2. Section 6(b) of the Act expressly authorizes "any person aggrieved by an order issued by the Commission in a proceeding to which such person is a party" to seek review by a petition in an appropriate United States Circuit Court of Appeals. There is no possibility of denying that respondents, in the administrative proceedings which led to these orders, recognized petitioner as a party representing consumers. Respondents, in their briefs, indeed, ask us to assume, for purposes of this motion, that petitioner was thus a party.

Respondents, however, insist that petitioner is not a "person aggrieved" by the orders. They assert that those words mean merely to describe the kind of persons who, in the absence of § 6(b), would have had a "standing" to maintain a suit in a district court seeking to enjoin respondents from enforcing its order or a declaratory judgment with respect to the validity of those orders. In considering that contention, it is necessary to have in mind that an action in a Court of Appeals to review administrative orders under such a provision as that contained in § 6(b) is a suit begun in an appellate court, i. e., that such provision has the effect of conferring original jurisdiction upon an appellate court; such a proceeding is sometimes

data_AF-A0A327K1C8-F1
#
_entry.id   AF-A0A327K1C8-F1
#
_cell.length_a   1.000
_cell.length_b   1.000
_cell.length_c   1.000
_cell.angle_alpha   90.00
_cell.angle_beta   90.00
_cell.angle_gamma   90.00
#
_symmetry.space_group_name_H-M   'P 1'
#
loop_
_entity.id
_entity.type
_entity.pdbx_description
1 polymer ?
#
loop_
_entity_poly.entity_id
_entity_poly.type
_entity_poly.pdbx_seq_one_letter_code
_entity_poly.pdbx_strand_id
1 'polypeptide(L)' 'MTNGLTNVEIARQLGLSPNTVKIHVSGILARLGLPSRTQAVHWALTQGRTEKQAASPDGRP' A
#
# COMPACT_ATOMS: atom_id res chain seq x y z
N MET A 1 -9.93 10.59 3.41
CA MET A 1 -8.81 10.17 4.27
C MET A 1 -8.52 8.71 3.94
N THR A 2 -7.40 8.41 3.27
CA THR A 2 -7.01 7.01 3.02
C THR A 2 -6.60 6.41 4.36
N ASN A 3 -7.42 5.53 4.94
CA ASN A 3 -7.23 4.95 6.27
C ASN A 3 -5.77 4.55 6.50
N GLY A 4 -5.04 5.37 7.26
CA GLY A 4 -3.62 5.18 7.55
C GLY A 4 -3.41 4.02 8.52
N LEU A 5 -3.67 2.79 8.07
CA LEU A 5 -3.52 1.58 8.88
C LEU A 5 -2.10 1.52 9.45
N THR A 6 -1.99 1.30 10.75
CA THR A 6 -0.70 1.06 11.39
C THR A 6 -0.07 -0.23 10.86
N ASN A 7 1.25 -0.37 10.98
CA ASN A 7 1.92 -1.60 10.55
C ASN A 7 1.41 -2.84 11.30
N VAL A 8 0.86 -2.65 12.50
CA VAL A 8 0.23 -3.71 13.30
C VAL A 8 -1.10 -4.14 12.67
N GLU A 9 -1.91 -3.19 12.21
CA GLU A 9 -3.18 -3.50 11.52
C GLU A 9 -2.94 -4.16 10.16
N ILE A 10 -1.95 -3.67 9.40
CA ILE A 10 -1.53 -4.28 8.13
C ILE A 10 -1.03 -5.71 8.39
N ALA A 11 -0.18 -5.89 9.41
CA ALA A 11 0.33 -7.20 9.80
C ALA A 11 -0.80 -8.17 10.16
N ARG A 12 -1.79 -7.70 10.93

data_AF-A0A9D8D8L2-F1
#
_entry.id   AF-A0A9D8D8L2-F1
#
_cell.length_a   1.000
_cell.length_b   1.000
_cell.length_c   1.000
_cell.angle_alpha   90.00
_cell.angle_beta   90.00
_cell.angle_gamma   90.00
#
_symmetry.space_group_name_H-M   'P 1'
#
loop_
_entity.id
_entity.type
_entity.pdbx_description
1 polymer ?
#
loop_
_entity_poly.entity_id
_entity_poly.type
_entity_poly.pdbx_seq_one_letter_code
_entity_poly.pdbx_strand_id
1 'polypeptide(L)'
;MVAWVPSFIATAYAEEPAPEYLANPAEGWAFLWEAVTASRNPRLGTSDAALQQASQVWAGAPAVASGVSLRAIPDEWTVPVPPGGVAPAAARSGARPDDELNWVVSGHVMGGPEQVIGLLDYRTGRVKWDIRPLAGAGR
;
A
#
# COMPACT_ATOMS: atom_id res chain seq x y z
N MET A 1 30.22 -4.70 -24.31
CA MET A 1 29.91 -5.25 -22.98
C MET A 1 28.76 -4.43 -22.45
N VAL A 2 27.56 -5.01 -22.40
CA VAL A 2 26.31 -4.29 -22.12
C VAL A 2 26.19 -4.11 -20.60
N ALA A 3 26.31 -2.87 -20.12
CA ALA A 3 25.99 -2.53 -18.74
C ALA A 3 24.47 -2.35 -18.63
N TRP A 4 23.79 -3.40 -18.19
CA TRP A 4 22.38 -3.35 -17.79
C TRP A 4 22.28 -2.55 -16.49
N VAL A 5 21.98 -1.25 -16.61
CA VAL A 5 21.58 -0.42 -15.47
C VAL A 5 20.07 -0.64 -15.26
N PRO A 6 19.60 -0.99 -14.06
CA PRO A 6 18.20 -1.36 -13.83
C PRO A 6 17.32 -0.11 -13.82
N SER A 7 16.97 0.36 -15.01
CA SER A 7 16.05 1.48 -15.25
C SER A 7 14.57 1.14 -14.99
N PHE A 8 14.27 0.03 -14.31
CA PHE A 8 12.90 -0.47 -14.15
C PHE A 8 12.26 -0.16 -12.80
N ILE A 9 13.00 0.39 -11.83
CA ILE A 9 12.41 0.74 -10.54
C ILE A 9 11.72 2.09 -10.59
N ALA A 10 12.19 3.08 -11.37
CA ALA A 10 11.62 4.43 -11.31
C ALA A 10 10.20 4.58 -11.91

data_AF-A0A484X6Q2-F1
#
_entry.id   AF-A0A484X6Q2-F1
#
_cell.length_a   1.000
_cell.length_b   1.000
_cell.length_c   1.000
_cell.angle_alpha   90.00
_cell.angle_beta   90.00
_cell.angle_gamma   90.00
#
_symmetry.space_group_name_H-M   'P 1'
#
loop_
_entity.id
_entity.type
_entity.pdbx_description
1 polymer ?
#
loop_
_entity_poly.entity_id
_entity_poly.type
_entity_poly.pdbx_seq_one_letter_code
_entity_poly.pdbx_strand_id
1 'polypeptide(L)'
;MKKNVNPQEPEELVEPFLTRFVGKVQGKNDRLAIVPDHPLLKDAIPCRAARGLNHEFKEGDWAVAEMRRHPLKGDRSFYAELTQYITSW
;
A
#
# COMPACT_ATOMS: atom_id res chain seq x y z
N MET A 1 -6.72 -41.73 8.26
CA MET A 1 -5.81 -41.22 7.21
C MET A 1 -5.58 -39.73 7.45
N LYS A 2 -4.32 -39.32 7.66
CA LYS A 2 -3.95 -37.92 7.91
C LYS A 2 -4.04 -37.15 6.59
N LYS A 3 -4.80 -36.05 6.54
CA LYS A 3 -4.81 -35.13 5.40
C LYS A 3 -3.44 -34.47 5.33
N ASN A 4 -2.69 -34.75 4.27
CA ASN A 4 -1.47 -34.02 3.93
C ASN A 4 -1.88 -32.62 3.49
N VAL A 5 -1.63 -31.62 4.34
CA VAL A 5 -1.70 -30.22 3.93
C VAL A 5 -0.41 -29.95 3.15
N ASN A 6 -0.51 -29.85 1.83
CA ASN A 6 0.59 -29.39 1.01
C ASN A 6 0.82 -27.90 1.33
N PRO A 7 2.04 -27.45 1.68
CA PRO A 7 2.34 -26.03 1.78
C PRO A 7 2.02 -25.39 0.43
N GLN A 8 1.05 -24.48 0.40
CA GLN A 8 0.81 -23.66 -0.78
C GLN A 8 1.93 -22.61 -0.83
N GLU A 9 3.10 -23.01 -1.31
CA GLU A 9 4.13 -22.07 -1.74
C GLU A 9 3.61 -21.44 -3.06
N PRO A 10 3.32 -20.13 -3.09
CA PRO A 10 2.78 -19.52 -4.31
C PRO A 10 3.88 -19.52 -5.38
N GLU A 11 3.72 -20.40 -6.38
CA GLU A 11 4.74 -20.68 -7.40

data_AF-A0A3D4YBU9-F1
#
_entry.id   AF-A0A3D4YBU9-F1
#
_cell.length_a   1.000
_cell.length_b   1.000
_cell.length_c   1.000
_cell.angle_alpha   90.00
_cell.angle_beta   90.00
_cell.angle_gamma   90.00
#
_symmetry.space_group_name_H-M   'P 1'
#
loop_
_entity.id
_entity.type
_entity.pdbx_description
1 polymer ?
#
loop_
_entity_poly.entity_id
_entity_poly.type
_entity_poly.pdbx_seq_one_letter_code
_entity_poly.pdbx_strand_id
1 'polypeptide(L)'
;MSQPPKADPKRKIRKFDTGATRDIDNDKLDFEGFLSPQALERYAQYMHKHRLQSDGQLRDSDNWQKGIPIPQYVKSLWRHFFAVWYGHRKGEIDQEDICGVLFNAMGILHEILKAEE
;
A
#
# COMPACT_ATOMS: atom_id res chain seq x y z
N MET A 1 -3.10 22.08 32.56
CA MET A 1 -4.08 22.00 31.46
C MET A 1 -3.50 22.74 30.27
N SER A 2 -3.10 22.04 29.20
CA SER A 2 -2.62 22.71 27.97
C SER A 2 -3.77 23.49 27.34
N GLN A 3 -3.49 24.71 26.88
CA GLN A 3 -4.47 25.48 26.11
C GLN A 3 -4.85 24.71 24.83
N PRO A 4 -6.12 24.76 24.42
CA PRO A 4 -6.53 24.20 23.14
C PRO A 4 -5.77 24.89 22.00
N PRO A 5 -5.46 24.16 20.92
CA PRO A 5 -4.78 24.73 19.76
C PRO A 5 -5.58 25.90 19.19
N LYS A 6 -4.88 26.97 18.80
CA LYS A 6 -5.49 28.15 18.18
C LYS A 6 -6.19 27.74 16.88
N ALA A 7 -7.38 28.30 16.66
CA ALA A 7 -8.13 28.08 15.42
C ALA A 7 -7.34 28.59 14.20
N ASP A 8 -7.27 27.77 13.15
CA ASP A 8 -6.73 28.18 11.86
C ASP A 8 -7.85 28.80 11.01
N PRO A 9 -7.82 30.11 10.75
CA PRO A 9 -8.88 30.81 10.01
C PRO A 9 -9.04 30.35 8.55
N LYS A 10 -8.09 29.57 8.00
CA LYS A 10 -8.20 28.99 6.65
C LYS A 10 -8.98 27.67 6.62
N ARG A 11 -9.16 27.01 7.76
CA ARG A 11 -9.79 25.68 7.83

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107 practice notes
  • Transcontinental Bus System, Inc. v. CAB, No. 22791
    • United States
    • United States Courts of Appeals. United States Court of Appeals (5th Circuit)
    • July 24, 1967
    ...supporting the competitors right to bring such actions was fully explored and analyzed by Judge Frank in Associated Indus. v. Ickes, 134 F.2d 694 (2 Cir. 1943). It is unnecessary to belabor the question here. It suffices to observe that it is now a well established doctrine of broad applica......
  • Jointrefugee Committee v. Grath National Council Offriendship v. Grath International Workers Order v. Grath, ANTI-FASCIST
    • United States
    • United States Supreme Court
    • April 30, 1951